The picture of care models drawn in our survey evokes what Bruera et al. theorized in the field of palliative care. These Authors described three models: the “only practice model”, the “congress practice model”, and the “integrated care model” 10.
The “solo practice” model is frequently realized in small communities where consultants are unavailable, so that a unique figure has to face all different problems. This is what may have occurred in small hospitals where COVID-19 Units were managed by a single specialists without the availability of consultants.
A leading doctor supported by several consultants is in charge of care in the “congress practice” model. This model is an attempt to offer interdisciplinary care. However, the lack of interaction among consulting specialists who are taking care of interconnected problems that the same patient is suffering can result in conflicting messages, adverse events due to drug interactions, and even worsening of the general clinical condition 11.
The “integrated care” approach, on the other hand, always includes the consultation with other specialists for specific reasons, but also implies the availability of a multidisciplinary team that can manage the majority of problems. This model of co-management care may result as the most appropriate for the care of COVID-19 patients and especially of those with advanced age, comorbidity, frailty, functional impairment or disability. Such model is most likely to be adopted in huge hospitals, where adequate structural and organizational resources are available.
Several specialists may contribute to the multidisciplinary team for the care of COVID-19 patients and offer their expertise to target the complexity of such disease. The infectious disease specialist may take care of the specific antiviral treatments, and may deal with overlapping bacterial and nosocomial infections. The pulmonologist may specifically take care of respiratory complications, thus early identifying patients worth of treatment with noninvasive ventilation (NIV), and referring those who are rapidly worsening to the ICU. The geriatrician is in charge of managing multimorbidity and frailty, based on a comprehensive assessment finally aimed at tailoring the therapeutic approach to the complexity of the old patients.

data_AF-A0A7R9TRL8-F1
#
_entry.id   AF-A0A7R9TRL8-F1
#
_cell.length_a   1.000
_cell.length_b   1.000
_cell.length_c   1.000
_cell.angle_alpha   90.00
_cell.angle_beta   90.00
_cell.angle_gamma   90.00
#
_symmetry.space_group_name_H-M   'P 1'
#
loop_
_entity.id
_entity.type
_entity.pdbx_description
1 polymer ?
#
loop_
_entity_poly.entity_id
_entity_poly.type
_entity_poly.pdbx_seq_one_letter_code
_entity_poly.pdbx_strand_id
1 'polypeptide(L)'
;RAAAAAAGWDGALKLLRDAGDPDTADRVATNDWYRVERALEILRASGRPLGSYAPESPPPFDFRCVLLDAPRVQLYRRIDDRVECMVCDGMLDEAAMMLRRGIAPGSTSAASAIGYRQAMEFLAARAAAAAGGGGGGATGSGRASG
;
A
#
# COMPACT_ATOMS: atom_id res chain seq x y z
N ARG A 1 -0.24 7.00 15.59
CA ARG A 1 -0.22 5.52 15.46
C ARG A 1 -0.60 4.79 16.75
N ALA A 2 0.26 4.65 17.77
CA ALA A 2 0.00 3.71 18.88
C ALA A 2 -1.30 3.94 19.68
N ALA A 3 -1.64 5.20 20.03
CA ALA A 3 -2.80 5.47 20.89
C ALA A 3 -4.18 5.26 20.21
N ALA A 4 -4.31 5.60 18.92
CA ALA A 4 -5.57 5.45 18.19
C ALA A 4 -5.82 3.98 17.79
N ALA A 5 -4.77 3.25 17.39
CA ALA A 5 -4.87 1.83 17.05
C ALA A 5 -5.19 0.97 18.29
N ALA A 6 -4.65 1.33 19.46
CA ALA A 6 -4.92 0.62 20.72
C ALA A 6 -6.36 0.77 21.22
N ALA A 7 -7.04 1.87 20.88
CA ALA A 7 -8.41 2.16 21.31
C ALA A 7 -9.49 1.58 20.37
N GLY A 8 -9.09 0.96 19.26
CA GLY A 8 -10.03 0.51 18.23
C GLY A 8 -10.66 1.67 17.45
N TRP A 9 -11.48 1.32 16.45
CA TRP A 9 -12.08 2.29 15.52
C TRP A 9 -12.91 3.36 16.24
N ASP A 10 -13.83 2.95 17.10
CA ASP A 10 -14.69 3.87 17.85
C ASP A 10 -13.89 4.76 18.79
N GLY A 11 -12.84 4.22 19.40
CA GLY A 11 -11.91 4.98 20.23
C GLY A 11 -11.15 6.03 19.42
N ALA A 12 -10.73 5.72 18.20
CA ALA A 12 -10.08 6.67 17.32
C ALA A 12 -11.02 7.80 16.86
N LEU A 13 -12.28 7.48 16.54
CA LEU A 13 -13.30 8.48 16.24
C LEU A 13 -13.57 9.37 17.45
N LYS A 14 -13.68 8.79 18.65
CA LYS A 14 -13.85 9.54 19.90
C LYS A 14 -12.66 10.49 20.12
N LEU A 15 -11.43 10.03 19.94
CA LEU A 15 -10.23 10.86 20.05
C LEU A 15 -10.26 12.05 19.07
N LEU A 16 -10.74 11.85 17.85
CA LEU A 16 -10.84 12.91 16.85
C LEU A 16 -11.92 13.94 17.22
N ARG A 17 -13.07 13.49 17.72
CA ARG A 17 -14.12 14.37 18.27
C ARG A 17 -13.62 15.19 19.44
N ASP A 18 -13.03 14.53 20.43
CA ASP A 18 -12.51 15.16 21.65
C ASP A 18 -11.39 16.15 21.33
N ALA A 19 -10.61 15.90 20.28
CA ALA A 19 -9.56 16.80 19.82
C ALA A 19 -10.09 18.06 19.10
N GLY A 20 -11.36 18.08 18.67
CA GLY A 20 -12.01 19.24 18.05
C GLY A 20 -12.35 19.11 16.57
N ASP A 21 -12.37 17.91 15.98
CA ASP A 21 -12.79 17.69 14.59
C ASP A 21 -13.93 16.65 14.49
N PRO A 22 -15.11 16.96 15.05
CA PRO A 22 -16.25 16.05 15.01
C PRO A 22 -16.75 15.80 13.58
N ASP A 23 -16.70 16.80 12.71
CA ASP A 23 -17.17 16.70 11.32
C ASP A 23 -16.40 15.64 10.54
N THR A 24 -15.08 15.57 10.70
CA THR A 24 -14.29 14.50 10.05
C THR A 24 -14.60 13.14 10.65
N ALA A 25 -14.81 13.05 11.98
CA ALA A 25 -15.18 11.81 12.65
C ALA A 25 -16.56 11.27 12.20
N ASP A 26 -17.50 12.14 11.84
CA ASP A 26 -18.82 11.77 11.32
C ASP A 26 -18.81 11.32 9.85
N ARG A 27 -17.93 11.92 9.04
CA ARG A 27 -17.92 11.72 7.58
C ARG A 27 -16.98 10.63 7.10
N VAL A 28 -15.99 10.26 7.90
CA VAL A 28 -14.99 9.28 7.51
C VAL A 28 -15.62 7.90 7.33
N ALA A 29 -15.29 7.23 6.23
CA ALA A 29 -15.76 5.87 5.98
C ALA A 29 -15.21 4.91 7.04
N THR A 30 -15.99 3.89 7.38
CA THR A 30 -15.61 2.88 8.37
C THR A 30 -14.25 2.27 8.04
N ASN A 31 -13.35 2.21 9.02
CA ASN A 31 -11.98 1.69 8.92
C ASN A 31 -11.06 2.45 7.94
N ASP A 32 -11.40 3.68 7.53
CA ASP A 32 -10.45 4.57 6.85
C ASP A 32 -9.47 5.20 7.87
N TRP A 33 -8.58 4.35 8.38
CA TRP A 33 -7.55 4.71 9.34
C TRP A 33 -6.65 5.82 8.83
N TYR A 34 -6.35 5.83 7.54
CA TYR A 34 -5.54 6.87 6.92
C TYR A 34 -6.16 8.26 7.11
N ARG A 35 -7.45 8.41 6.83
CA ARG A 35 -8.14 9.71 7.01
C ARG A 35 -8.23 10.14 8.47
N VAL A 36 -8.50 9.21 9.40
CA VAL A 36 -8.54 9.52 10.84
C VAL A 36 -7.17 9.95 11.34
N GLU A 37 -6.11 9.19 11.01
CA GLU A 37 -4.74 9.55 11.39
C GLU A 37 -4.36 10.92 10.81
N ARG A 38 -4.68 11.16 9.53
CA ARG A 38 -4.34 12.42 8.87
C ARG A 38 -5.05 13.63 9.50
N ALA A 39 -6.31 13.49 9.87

The integrated multidisciplinary model that distinguishes geriatric medicine is potentially able to offer significant advantages in terms of more favorable outcomes and mortality. In particular, problems such as social isolation, nutritional status, motor deconditioning, delirium, all conditions that may contribute to the excess mortality in old patients with COVID-19, could be effectively addressed with an integrated model in which the geriatrician offers the competence and the method to deal with such complexity.
Future research comparing different models of hospital care for COVID-19 patients will help identify the most effective strategy to improve clinical and functional outcomes, and to optimize the consumption of health care resources.
Members of Columbus COVID-2 Hospital working group Baldi F., Bellieni A., Brandi V., Calabrese A., Calvello M. R., Ciccullo A., Cingolani A., Cipriani C., Corbo G.M., Falsiroli C.,Fantoni M., Intini E., Landi G., Leone P.M., Liperoti R., Macagno F., Martis I., Montemurro G., Moschese D., Murri R., Pais C., Pasciuto G., Potenza A., Salini S., Siciliano M., Simonetti J., Taddei E., Tosato M., Tummolo A., Varone F., Ventura G.